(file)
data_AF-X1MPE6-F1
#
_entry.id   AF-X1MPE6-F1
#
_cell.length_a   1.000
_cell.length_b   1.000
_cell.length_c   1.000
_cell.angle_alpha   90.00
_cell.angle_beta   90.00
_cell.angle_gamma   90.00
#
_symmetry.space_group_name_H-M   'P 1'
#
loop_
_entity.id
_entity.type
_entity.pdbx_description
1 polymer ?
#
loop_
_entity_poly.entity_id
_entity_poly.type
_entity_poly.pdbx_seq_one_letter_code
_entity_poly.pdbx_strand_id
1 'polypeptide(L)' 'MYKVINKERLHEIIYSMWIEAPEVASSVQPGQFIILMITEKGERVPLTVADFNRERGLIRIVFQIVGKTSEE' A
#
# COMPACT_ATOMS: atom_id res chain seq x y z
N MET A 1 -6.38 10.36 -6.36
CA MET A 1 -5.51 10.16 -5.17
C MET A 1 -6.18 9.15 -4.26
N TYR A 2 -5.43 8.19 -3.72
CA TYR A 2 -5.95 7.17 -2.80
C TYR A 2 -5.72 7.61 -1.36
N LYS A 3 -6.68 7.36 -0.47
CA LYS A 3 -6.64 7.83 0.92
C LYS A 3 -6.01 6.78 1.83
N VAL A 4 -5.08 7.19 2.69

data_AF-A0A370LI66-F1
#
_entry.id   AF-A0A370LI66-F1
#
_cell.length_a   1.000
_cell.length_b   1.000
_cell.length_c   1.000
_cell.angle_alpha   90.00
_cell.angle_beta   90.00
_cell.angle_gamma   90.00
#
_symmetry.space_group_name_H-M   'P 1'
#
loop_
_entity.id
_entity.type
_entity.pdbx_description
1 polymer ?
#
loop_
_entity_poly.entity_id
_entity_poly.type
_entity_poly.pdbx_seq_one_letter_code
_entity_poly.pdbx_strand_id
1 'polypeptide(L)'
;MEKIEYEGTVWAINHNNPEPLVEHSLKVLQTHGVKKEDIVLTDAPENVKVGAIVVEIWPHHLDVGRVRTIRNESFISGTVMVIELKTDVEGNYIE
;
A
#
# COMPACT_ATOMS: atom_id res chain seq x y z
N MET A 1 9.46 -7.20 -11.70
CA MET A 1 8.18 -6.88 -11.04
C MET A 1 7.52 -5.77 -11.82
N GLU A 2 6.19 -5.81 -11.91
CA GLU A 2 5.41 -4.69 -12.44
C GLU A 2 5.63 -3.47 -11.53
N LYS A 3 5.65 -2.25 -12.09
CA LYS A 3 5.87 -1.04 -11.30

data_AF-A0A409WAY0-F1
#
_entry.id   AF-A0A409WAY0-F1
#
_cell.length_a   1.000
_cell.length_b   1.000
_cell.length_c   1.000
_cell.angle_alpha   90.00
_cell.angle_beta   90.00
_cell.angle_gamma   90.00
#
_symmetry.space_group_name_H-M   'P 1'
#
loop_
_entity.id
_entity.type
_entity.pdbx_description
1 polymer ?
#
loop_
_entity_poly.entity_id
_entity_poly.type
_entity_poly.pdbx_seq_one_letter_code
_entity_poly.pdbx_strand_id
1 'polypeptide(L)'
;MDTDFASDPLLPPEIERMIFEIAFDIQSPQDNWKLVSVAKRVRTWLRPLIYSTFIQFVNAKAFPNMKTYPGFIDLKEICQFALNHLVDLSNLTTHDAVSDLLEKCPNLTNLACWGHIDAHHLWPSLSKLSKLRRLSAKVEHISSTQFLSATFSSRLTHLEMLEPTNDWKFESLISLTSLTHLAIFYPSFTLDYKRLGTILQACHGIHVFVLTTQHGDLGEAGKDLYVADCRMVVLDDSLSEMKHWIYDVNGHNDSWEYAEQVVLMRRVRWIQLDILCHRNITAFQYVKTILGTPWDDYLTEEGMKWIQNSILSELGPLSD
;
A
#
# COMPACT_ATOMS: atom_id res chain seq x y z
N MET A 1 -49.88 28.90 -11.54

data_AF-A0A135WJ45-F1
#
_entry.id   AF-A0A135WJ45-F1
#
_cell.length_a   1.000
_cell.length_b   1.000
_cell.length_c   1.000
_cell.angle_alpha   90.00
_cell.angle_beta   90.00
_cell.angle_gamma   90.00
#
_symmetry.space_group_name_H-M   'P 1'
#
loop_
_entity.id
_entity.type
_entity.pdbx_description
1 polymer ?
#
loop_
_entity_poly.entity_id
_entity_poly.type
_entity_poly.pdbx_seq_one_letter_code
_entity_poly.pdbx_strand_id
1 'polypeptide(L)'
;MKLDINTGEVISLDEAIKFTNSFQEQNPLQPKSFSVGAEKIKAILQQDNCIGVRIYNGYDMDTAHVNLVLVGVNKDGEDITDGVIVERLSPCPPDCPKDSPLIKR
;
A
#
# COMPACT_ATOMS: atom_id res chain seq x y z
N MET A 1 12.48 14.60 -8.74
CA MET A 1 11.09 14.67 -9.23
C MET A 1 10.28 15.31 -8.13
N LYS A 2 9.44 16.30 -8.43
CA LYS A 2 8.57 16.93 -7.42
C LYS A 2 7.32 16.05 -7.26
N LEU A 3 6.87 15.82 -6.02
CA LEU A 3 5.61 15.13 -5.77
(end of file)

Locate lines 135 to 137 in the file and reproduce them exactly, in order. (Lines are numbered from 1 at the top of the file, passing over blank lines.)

#
# COMPACT_ATOMS: atom_id res chain seq x y z
N MET A 1 12.48 14.60 -8.74